So there are at least two legs to the response to violence. They have to be crossed at the same time. One is what government can do - and it can do much. Last year, the U.S. violent-crime rate rose a little, but it has been falling for years, thanks to more spending and tougher policies. But the other leg is civic action by you, me, and the other guy. And gal. No one lives apart from the spectacle of human violence; we're all involved simply by being human. And if there's something we can do, we should.

Again, I felt as if I was listening to John Lennon's "Imagine." I could almost imagine the lyrics, floating through my mind as I thought about the reality of suicide bombers.

This philosophical impasse goes to the root of many hopeless disagreements, and a perfect example is the way some people will blame guns for shootings, while others blame the people who did the shooting.

But considering Plato's maxim that an unexamined life is not worth living, for once maybe I should depart from my usual "Imagine" bashing, and try to imagine (hypothetically, at least) what would happen if we actually put into practice real Lennonist proselystization. Perhaps if the suicidal death cultists who want to kill us only listened to the song's lyrics, they'd see the evil of their ways:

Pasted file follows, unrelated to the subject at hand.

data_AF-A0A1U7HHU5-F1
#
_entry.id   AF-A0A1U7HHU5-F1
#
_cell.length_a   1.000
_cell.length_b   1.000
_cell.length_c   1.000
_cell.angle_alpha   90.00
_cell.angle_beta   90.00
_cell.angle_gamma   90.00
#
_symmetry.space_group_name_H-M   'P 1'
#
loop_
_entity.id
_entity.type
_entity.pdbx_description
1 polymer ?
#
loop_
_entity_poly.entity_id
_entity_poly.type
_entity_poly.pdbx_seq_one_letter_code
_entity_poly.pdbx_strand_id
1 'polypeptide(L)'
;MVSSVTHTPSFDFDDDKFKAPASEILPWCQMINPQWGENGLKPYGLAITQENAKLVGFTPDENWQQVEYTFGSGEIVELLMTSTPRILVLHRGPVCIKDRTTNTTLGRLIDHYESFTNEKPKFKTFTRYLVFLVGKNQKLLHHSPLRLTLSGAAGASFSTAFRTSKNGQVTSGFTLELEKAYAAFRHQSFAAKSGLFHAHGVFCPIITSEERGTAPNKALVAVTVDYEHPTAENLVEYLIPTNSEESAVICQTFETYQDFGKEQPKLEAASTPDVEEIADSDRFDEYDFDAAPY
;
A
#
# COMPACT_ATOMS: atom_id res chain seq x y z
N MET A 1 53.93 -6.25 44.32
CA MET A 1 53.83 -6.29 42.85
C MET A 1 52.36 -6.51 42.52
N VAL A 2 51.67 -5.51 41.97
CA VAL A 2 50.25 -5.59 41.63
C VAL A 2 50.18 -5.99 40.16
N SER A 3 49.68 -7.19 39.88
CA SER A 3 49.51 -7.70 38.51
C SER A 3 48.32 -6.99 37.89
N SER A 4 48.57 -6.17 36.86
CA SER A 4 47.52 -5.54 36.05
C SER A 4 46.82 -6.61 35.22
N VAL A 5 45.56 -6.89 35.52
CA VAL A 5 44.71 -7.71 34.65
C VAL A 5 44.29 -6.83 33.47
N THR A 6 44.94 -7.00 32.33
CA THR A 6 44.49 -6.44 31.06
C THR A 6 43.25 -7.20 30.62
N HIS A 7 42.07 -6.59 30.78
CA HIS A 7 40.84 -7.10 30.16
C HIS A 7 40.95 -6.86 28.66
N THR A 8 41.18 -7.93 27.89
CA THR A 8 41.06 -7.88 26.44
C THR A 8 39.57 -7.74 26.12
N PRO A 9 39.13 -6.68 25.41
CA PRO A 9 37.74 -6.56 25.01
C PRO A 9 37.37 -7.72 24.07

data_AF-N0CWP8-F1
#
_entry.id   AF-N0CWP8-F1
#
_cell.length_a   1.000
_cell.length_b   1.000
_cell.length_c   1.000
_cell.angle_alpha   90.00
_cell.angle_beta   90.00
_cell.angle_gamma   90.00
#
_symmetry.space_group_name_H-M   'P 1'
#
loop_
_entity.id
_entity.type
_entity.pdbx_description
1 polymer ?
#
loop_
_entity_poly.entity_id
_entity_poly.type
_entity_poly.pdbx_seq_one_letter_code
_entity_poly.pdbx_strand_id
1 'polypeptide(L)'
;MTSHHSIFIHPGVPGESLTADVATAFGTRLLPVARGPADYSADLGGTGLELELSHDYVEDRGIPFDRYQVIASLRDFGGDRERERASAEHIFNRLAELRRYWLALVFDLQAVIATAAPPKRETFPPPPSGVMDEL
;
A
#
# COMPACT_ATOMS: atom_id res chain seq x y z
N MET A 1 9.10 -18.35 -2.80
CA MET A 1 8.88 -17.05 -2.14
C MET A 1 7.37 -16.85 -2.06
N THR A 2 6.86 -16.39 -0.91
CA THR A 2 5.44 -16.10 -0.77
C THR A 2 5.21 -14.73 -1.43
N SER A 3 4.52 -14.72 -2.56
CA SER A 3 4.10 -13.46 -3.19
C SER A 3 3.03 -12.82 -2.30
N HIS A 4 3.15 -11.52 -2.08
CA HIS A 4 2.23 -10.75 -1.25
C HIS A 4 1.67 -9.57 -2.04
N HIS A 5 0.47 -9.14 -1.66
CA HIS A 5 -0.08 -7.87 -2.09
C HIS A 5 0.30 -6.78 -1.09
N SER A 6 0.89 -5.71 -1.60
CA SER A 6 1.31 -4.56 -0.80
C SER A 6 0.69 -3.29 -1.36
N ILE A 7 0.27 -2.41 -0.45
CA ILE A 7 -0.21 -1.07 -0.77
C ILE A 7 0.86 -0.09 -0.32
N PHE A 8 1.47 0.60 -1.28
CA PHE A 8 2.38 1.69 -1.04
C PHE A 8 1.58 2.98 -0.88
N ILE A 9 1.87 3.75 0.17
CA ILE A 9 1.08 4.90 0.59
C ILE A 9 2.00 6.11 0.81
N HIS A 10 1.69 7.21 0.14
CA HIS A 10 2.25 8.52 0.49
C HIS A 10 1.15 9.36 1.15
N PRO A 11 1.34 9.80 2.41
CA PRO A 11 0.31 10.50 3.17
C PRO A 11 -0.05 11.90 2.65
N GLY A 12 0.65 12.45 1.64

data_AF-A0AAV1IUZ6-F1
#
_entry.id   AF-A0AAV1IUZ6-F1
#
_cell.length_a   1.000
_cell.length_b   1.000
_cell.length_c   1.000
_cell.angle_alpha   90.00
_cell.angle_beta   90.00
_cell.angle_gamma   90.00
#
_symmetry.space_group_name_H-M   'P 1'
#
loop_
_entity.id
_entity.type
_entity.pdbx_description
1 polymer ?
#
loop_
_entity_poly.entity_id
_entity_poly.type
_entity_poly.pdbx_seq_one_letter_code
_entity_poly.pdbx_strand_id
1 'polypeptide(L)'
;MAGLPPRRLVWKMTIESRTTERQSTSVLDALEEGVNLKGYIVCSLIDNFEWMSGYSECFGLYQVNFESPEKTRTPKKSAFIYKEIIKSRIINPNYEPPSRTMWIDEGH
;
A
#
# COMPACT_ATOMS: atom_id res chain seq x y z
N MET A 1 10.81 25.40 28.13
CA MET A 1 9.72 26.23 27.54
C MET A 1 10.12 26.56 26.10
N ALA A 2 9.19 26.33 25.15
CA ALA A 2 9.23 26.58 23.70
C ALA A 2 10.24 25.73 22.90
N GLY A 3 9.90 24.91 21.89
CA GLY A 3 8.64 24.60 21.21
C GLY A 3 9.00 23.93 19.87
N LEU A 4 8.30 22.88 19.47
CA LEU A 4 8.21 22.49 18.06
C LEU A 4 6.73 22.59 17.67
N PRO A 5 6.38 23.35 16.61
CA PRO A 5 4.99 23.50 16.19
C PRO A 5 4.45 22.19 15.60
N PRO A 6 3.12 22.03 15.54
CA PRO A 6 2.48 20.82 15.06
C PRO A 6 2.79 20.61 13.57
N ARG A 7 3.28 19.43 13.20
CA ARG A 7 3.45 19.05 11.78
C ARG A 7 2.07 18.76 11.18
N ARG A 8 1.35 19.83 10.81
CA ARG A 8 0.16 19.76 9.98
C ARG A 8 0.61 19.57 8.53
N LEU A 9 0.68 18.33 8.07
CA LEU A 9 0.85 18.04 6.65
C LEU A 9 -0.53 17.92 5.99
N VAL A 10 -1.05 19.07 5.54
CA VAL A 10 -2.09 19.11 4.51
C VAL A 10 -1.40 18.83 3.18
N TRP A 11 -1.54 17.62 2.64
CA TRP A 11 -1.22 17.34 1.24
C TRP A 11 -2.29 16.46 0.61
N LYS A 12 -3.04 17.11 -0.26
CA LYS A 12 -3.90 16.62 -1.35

Imagine there's no Heaven
Um, 'scuse me, but I see a problem right there. Isn't imagining heaven the whole point of murderous suicidal martyrdom? I'm thinking that maybe the first line might not make it past the censors in countries like Iran, Saudi Arabia, Hamasstan (aka the "Palestinian Authority"), as well as our close ally Pakistan which harbors bin Laden and Company. (Even in secular Turkey, liberal teacher Michael Dickenson ran into religious objections when he played the song for his English class.) So if we can't get the song to the people who most need it, how will we know whether they'll ever start imagining that there's no Heaven?


Wouldn't that be unimagining Heaven? I mean, isn't Heaven a pretty big part of their existing collective imagination?

I'd hate to think that the ultimate international peace song might be considered blasphemous, and I'm wondering whether my hypothetical goal of converting the imagination of the enemy is even possible in theory, much less in practice.